- November 22, 2022
According to IDC, healthcare data is one of the fastest growing segments of the digital universe – growing from 153 exabytes in 2013 to an estimated 2,314 exabytes in 2020, a 48% annual growth rate. So where will the healthcare industry put all of this critical and sensitive data and how long must it be held?
Diagnostic devices such as CT Scanners, MRI machines, and X-ray machines generate huge amounts of imaging data. And as the technology improves, the images get even bigger. The challenge with these images is they must be saved for diagnostic activities and regulatory compliance. A patchwork of country and local regulations specify how long healthcare providers must maintain patient data including diagnostic images. Complicating the data storage issue, several years ago new healthcare regulations directed all patient health records must be converted to electronic formats.
The need for data storage is immense and growing rapidly. Over 600 million imaging procedures are performed each year by U.S. based health-care providers including CT scans, X-rays, ultrasounds and MRIs.
Hospitals are generally required to keep images for seven years, but many keep them much longer. They also retain backup copies as part of disaster-recovery planning and to comply with the federal health-care privacy laws. As a result, image archives are increasing by as much as 40% annually.
As the Internet of Things (IoT) has gained a sizable foothold in business environments, the healthcare industry has also experienced a growing incursion. These connected devices generate growing amounts of data which are causing data management and storage problems for the healthcare industry. Examples of healthcare IoT devices are:
These and future devices will generate huge amounts of data subject to regulatory and legal requirements. The question is; can these new data sources be captured, secured, indexed and searched, exported, and managed for the long term? Another issue the healthcare industry is facing is how to handle the expanding variety of data formats from these devices. Can the different data formats be stored in a common archive and made easily searchable?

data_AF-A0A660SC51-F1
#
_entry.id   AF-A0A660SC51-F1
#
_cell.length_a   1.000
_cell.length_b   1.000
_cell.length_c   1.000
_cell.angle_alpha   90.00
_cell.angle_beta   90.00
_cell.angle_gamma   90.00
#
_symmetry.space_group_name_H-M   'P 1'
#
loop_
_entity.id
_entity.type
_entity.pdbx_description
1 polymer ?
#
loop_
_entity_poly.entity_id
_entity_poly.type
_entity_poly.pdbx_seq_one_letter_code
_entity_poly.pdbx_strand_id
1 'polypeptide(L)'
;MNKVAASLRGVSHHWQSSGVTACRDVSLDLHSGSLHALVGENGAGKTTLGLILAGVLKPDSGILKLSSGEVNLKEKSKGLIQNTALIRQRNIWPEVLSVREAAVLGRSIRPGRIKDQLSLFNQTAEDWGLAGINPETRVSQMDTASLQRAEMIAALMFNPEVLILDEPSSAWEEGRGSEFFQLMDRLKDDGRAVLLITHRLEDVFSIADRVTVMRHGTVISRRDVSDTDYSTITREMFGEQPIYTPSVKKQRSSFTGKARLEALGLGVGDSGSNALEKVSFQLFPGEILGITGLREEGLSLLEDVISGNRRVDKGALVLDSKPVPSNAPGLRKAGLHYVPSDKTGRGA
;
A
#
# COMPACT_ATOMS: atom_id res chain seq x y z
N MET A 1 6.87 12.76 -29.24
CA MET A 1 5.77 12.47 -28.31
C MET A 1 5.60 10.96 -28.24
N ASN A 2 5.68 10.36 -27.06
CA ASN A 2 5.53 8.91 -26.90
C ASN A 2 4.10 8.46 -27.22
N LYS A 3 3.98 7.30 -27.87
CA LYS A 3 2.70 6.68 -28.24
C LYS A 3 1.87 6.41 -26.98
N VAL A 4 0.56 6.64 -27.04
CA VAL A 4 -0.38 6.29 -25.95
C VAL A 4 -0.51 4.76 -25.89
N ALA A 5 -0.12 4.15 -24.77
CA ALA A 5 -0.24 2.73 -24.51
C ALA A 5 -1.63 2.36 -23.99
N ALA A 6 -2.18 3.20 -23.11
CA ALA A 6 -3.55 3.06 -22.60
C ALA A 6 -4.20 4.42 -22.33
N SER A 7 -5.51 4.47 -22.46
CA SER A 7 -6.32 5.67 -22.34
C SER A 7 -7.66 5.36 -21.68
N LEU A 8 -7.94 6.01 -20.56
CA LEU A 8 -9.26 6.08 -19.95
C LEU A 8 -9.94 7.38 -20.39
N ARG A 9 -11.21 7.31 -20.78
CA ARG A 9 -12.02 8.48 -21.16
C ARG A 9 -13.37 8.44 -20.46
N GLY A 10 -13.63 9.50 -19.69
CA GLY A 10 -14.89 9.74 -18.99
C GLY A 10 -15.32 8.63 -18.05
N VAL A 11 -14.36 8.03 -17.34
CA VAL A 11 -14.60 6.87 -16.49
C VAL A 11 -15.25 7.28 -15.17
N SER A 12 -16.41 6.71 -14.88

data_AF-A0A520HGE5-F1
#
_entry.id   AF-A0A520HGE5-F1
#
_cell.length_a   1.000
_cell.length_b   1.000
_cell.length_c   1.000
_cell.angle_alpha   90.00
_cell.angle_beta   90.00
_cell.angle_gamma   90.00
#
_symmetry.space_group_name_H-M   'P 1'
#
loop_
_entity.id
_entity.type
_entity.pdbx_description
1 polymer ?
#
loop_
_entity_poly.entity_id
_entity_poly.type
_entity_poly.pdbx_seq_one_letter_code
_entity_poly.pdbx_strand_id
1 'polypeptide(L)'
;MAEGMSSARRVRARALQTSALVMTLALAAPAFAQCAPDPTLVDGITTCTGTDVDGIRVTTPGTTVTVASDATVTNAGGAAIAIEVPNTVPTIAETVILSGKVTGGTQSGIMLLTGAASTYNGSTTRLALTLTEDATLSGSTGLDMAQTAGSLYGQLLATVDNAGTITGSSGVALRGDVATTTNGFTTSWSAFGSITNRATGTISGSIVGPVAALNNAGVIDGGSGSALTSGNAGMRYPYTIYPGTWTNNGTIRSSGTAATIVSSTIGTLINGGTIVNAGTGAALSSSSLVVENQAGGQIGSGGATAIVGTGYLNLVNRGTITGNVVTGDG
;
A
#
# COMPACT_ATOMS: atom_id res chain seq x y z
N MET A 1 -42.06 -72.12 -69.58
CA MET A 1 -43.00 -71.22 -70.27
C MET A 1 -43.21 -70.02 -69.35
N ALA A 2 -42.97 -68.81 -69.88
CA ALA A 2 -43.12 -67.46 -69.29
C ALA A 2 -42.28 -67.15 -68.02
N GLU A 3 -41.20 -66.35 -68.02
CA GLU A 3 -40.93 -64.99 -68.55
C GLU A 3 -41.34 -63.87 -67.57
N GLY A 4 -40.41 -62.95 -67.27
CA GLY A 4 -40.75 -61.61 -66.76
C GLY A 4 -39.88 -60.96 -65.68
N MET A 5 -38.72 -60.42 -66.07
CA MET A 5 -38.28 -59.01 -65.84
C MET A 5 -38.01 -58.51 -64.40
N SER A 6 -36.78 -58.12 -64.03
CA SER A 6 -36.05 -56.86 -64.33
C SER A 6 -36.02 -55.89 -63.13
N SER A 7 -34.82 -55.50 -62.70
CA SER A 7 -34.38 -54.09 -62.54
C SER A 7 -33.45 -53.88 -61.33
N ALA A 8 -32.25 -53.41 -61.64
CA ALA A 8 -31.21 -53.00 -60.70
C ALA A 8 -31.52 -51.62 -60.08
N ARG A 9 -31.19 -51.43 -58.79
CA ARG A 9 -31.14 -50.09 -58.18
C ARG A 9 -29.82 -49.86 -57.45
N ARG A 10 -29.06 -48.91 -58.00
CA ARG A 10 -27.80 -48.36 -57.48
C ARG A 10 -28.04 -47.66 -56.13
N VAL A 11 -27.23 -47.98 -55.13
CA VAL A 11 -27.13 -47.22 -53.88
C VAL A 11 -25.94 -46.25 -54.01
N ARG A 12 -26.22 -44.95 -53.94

Because much of this IoT data is not yet stored centrally, as much as 80% is considered “dark data” because it is cannot be easily managed, searched, and exported for analysis. To be useful as well as meet regulatory requirements, data needs to be captured, secured, tagged, and stored so that it can be managed and searched efficiently. Because data is now coming from numerous dissimilar sources, it will either need to be converted into a common format or, be managed by a system that can recognize and work with the varying data formats.
The healthcare industry is still not protecting its data appropriately. According to IDC, 93% of all healthcare data reaches the level of stringent regulatory protection, however, they estimate only 57% is “somewhat protected” and 43% is not “adequately protected.” A lack of effective security dramatically raises liability for healthcare organizations. The consequences of a data breach and loss includes extremely large financial penalties, legal costs, and negative public opinion. For example, the regulatory penalties from the two most recognizable U.S. healthcare regulations, HIPAA and HITECH, include huge fines for privacy violations, e.g. with the introduction of the HITECH act, the maximum penalty per identical violation per calendar year is now $1.5 million.
With the quantities of data being generated by the healthcare industry, the regulatory climate and the specter of very public lawsuits again raises the original question; where will the healthcare industry store and protect all of this critical and sensitive data? In today’s climate, his question carries a much higher priority to solve.
As I have alluded to, healthcare data storage requirements are quadrupling every three years. This tidal wave of electronic medical information, including unstructured data, the IoT, and imaging records, will continue to put tremendous strain on individual healthcare data centers. In reality, the cloud offers the only viable solution for the out-of-control growth of healthcare industry data.
So if the cloud is the eventual destination for all medical data, what should healthcare organizations consider when creating their overall cloud strategy?